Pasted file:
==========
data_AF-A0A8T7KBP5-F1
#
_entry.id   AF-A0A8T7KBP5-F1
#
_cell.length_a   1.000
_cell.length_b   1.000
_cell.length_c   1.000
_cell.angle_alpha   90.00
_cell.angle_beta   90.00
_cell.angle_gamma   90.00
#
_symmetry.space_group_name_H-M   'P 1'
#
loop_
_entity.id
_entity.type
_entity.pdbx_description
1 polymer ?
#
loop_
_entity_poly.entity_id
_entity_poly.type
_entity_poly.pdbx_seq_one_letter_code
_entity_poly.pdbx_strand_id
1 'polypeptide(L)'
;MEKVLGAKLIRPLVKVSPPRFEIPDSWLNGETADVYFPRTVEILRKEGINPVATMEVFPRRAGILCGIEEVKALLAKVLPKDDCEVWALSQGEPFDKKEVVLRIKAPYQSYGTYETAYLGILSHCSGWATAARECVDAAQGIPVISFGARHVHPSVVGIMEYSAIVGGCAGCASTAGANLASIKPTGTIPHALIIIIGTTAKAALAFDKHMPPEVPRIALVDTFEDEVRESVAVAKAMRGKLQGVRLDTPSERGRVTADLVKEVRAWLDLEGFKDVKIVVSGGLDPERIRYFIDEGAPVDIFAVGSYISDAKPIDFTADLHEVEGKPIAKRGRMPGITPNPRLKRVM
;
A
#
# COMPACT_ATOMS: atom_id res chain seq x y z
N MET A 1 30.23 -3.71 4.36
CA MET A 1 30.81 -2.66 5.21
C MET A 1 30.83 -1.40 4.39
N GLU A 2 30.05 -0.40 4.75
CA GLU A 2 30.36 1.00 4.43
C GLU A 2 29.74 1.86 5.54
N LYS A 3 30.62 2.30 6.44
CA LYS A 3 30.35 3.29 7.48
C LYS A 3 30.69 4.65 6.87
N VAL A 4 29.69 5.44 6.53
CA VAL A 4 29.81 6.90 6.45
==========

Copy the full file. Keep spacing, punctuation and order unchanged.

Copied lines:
data_AF-A0A8T7KBP5-F1
#
_entry.id   AF-A0A8T7KBP5-F1
#
_cell.length_a   1.000
_cell.length_b   1.000
_cell.length_c   1.000
_cell.angle_alpha   90.00
_cell.angle_beta   90.00
_cell.angle_gamma   90.00
#
_symmetry.space_group_name_H-M   'P 1'
#
loop_
_entity.id
_entity.type
_entity.pdbx_description
1 polymer ?
#
loop_
_entity_poly.entity_id
_entity_poly.type
_entity_poly.pdbx_seq_one_letter_code
_entity_poly.pdbx_strand_id
1 'polypeptide(L)'
;MEKVLGAKLIRPLVKVSPPRFEIPDSWLNGETADVYFPRTVEILRKEGINPVATMEVFPRRAGILCGIEEVKALLAKVLPKDDCEVWALSQGEPFDKKEVVLRIKAPYQSYGTYETAYLGILSHCSGWATAARECVDAAQGIPVISFGARHVHPSVVGIMEYSAIVGGCAGCASTAGANLASIKPTGTIPHALIIIIGTTAKAALAFDKHMPPEVPRIALVDTFEDEVRESVAVAKAMRGKLQGVRLDTPSERGRVTADLVKEVRAWLDLEGFKDVKIVVSGGLDPERIRYFIDEGAPVDIFAVGSYISDAKPIDFTADLHEVEGKPIAKRGRMPGITPNPRLKRVM
;
A
#
# COMPACT_ATOMS: atom_id res chain seq x y z
N MET A 1 30.23 -3.71 4.36
CA MET A 1 30.81 -2.66 5.21
C MET A 1 30.83 -1.40 4.39
N GLU A 2 30.05 -0.40 4.75
CA GLU A 2 30.36 1.00 4.43
C GLU A 2 29.74 1.86 5.54
N LYS A 3 30.62 2.30 6.44
CA LYS A 3 30.35 3.29 7.48
C LYS A 3 30.69 4.65 6.87
N VAL A 4 29.69 5.44 6.53
CA VAL A 4 29.81 6.90 6.45